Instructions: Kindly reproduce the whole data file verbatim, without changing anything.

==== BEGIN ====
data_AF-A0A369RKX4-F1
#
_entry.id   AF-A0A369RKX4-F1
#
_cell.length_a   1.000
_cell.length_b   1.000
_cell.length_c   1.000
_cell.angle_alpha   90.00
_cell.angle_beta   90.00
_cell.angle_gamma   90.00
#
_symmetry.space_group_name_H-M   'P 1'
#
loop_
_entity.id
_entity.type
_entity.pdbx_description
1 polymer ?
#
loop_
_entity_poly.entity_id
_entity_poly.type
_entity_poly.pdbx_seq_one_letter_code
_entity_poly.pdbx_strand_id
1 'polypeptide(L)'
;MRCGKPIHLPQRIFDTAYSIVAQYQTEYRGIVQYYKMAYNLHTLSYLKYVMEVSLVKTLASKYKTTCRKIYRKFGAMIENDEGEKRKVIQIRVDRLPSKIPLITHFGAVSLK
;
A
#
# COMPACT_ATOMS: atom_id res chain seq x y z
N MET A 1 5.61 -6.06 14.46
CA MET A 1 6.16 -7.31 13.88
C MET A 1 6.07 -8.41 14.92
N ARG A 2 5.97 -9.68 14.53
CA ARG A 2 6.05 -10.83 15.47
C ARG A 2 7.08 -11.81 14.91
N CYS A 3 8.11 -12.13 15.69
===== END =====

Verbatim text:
data_AF-A0A369RKX4-F1
#
_entry.id   AF-A0A369RKX4-F1
#
_cell.length_a   1.000
_cell.length_b   1.000
_cell.length_c   1.000
_cell.angle_alpha   90.00
_cell.angle_beta   90.00
_cell.angle_gamma   90.00
#
_symmetry.space_group_name_H-M   'P 1'
#
loop_
_entity.id
_entity.type
_entity.pdbx_description
1 polymer ?
#
loop_
_entity_poly.entity_id
_entity_poly.type
_entity_poly.pdbx_seq_one_letter_code
_entity_poly.pdbx_strand_id
1 'polypeptide(L)'
;MRCGKPIHLPQRIFDTAYSIVAQYQTEYRGIVQYYKMAYNLHTLSYLKYVMEVSLVKTLASKYKTTCRKIYRKFGAMIENDEGEKRKVIQIRVDRLPSKIPLITHFGAVSLK
;
A
#
# COMPACT_ATOMS: atom_id res chain seq x y z
N MET A 1 5.61 -6.06 14.46
CA MET A 1 6.16 -7.31 13.88
C MET A 1 6.07 -8.41 14.92
N ARG A 2 5.97 -9.68 14.53
CA ARG A 2 6.05 -10.83 15.47
C ARG A 2 7.08 -11.81 14.91
N CYS A 3 8.11 -12.13 15.69